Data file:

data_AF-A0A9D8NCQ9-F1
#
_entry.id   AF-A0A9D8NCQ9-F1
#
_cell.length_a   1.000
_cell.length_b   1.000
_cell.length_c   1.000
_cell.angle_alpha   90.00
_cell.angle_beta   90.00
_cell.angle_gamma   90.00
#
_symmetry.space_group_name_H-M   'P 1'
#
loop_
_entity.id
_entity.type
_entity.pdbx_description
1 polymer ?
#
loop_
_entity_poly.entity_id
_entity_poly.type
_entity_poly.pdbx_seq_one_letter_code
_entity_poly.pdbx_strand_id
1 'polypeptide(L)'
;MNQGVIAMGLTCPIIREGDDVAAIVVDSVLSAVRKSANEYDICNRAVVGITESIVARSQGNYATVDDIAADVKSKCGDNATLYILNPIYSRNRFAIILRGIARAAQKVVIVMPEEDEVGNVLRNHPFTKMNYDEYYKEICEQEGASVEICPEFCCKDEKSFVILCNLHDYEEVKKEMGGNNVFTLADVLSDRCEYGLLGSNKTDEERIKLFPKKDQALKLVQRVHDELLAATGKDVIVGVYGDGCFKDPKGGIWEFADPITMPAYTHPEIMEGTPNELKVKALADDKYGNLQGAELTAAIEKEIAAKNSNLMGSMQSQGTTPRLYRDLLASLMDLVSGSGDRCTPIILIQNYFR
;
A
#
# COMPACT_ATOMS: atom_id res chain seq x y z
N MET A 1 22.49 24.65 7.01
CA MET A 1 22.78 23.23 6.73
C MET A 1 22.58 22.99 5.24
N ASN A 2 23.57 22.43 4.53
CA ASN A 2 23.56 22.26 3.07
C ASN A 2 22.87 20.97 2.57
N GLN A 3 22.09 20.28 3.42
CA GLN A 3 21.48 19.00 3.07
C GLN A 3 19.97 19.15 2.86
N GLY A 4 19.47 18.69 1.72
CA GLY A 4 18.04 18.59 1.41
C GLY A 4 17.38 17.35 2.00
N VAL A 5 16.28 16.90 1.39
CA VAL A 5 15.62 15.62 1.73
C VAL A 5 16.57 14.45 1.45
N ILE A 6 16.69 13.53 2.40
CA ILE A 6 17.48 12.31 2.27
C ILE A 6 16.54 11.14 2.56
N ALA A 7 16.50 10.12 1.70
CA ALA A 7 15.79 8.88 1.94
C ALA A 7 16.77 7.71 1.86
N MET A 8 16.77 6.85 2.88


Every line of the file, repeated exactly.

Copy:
data_AF-A0A9D8NCQ9-F1
#
_entry.id   AF-A0A9D8NCQ9-F1
#
_cell.length_a   1.000
_cell.length_b   1.000
_cell.length_c   1.000
_cell.angle_alpha   90.00
_cell.angle_beta   90.00
_cell.angle_gamma   90.00
#
_symmetry.space_group_name_H-M   'P 1'
#
loop_
_entity.id
_entity.type
_entity.pdbx_description
1 polymer ?
#
loop_
_entity_poly.entity_id
_entity_poly.type
_entity_poly.pdbx_seq_one_letter_code
_entity_poly.pdbx_strand_id
1 'polypeptide(L)'
;MNQGVIAMGLTCPIIREGDDVAAIVVDSVLSAVRKSANEYDICNRAVVGITESIVARSQGNYATVDDIAADVKSKCGDNATLYILNPIYSRNRFAIILRGIARAAQKVVIVMPEEDEVGNVLRNHPFTKMNYDEYYKEICEQEGASVEICPEFCCKDEKSFVILCNLHDYEEVKKEMGGNNVFTLADVLSDRCEYGLLGSNKTDEERIKLFPKKDQALKLVQRVHDELLAATGKDVIVGVYGDGCFKDPKGGIWEFADPITMPAYTHPEIMEGTPNELKVKALADDKYGNLQGAELTAAIEKEIAAKNSNLMGSMQSQGTTPRLYRDLLASLMDLVSGSGDRCTPIILIQNYFR
;
A
#
# COMPACT_ATOMS: atom_id res chain seq x y z
N MET A 1 22.49 24.65 7.01
CA MET A 1 22.78 23.23 6.73
C MET A 1 22.58 22.99 5.24
N ASN A 2 23.57 22.43 4.53
CA ASN A 2 23.56 22.26 3.07
C ASN A 2 22.87 20.97 2.57
N GLN A 3 22.09 20.28 3.42
CA GLN A 3 21.48 19.00 3.07
C GLN A 3 19.97 19.15 2.86
N GLY A 4 19.47 18.69 1.72
CA GLY A 4 18.04 18.59 1.41
C GLY A 4 17.38 17.35 2.00
N VAL A 5 16.28 16.90 1.39
CA VAL A 5 15.62 15.62 1.73
C VAL A 5 16.57 14.45 1.45
N ILE A 6 16.69 13.53 2.40
CA ILE A 6 17.48 12.31 2.27
C ILE A 6 16.54 11.14 2.56
N ALA A 7 16.50 10.12 1.70
CA ALA A 7 15.79 8.88 1.94
C ALA A 7 16.77 7.71 1.86
N MET A 8 16.77 6.85 2.88